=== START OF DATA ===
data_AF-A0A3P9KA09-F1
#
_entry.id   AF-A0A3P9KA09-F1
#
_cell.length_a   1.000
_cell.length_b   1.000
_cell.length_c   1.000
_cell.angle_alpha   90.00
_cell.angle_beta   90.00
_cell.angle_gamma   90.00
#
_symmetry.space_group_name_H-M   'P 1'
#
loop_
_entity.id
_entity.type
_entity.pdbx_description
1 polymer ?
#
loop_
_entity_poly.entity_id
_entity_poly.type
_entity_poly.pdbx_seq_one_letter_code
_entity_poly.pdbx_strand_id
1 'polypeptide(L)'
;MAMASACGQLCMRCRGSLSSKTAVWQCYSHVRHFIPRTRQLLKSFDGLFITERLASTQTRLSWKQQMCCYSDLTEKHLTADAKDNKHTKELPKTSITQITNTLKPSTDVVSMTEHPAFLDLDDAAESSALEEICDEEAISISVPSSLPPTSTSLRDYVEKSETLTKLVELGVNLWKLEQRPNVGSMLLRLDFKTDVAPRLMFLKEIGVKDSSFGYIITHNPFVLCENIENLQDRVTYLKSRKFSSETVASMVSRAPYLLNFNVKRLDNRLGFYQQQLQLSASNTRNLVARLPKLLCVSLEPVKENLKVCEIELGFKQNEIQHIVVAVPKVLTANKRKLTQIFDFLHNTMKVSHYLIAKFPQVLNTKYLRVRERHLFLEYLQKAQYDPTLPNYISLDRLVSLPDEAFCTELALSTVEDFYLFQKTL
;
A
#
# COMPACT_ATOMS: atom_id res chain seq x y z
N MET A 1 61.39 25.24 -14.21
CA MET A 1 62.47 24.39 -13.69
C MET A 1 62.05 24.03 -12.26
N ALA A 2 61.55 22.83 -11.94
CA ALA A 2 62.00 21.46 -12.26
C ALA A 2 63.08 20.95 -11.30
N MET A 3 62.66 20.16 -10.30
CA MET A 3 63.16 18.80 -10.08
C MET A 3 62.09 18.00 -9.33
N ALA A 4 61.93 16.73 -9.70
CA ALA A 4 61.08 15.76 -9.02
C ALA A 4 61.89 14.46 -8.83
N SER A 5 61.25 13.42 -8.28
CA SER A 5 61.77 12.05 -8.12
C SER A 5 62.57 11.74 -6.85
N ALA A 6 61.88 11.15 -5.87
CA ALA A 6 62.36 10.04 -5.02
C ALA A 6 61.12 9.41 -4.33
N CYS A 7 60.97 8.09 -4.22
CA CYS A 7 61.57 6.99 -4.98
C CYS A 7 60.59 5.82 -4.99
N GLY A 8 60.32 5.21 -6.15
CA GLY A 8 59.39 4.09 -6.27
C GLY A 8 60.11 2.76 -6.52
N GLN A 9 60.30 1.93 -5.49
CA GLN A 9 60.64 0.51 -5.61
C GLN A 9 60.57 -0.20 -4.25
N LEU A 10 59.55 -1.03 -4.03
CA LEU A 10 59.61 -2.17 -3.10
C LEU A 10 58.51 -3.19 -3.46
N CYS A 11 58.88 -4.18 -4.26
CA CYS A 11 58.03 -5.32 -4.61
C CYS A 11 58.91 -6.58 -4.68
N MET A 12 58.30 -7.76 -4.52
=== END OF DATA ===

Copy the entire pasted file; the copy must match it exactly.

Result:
data_AF-A0A3P9KA09-F1
#
_entry.id   AF-A0A3P9KA09-F1
#
_cell.length_a   1.000
_cell.length_b   1.000
_cell.length_c   1.000
_cell.angle_alpha   90.00
_cell.angle_beta   90.00
_cell.angle_gamma   90.00
#
_symmetry.space_group_name_H-M   'P 1'
#
loop_
_entity.id
_entity.type
_entity.pdbx_description
1 polymer ?
#
loop_
_entity_poly.entity_id
_entity_poly.type
_entity_poly.pdbx_seq_one_letter_code
_entity_poly.pdbx_strand_id
1 'polypeptide(L)'
;MAMASACGQLCMRCRGSLSSKTAVWQCYSHVRHFIPRTRQLLKSFDGLFITERLASTQTRLSWKQQMCCYSDLTEKHLTADAKDNKHTKELPKTSITQITNTLKPSTDVVSMTEHPAFLDLDDAAESSALEEICDEEAISISVPSSLPPTSTSLRDYVEKSETLTKLVELGVNLWKLEQRPNVGSMLLRLDFKTDVAPRLMFLKEIGVKDSSFGYIITHNPFVLCENIENLQDRVTYLKSRKFSSETVASMVSRAPYLLNFNVKRLDNRLGFYQQQLQLSASNTRNLVARLPKLLCVSLEPVKENLKVCEIELGFKQNEIQHIVVAVPKVLTANKRKLTQIFDFLHNTMKVSHYLIAKFPQVLNTKYLRVRERHLFLEYLQKAQYDPTLPNYISLDRLVSLPDEAFCTELALSTVEDFYLFQKTL
;
A
#
# COMPACT_ATOMS: atom_id res chain seq x y z
N MET A 1 61.39 25.24 -14.21
CA MET A 1 62.47 24.39 -13.69
C MET A 1 62.05 24.03 -12.26
N ALA A 2 61.55 22.83 -11.94
CA ALA A 2 62.00 21.46 -12.26
C ALA A 2 63.08 20.95 -11.30
N MET A 3 62.66 20.16 -10.30
CA MET A 3 63.16 18.80 -10.08
C MET A 3 62.09 18.00 -9.33
N ALA A 4 61.93 16.73 -9.70
CA ALA A 4 61.08 15.76 -9.02
C ALA A 4 61.89 14.46 -8.83
N SER A 5 61.25 13.42 -8.28
CA SER A 5 61.77 12.05 -8.12
C SER A 5 62.57 11.74 -6.85
N ALA A 6 61.88 11.15 -5.87
CA ALA A 6 62.36 10.04 -5.02
C ALA A 6 61.12 9.41 -4.33
N CYS A 7 60.97 8.09 -4.22
CA CYS A 7 61.57 6.99 -4.98
C CYS A 7 60.59 5.82 -4.99
N GLY A 8 60.32 5.21 -6.15
CA GLY A 8 59.39 4.09 -6.27
C GLY A 8 60.11 2.76 -6.52
N GLN A 9 60.30 1.93 -5.49
CA GLN A 9 60.64 0.51 -5.61
C GLN A 9 60.57 -0.20 -4.25
N LEU A 10 59.55 -1.03 -4.03
CA LEU A 10 59.61 -2.17 -3.10
C LEU A 10 58.51 -3.19 -3.46
N CYS A 11 58.88 -4.18 -4.26
CA CYS A 11 58.03 -5.32 -4.61
C CYS A 11 58.91 -6.58 -4.68
N MET A 12 58.30 -7.76 -4.52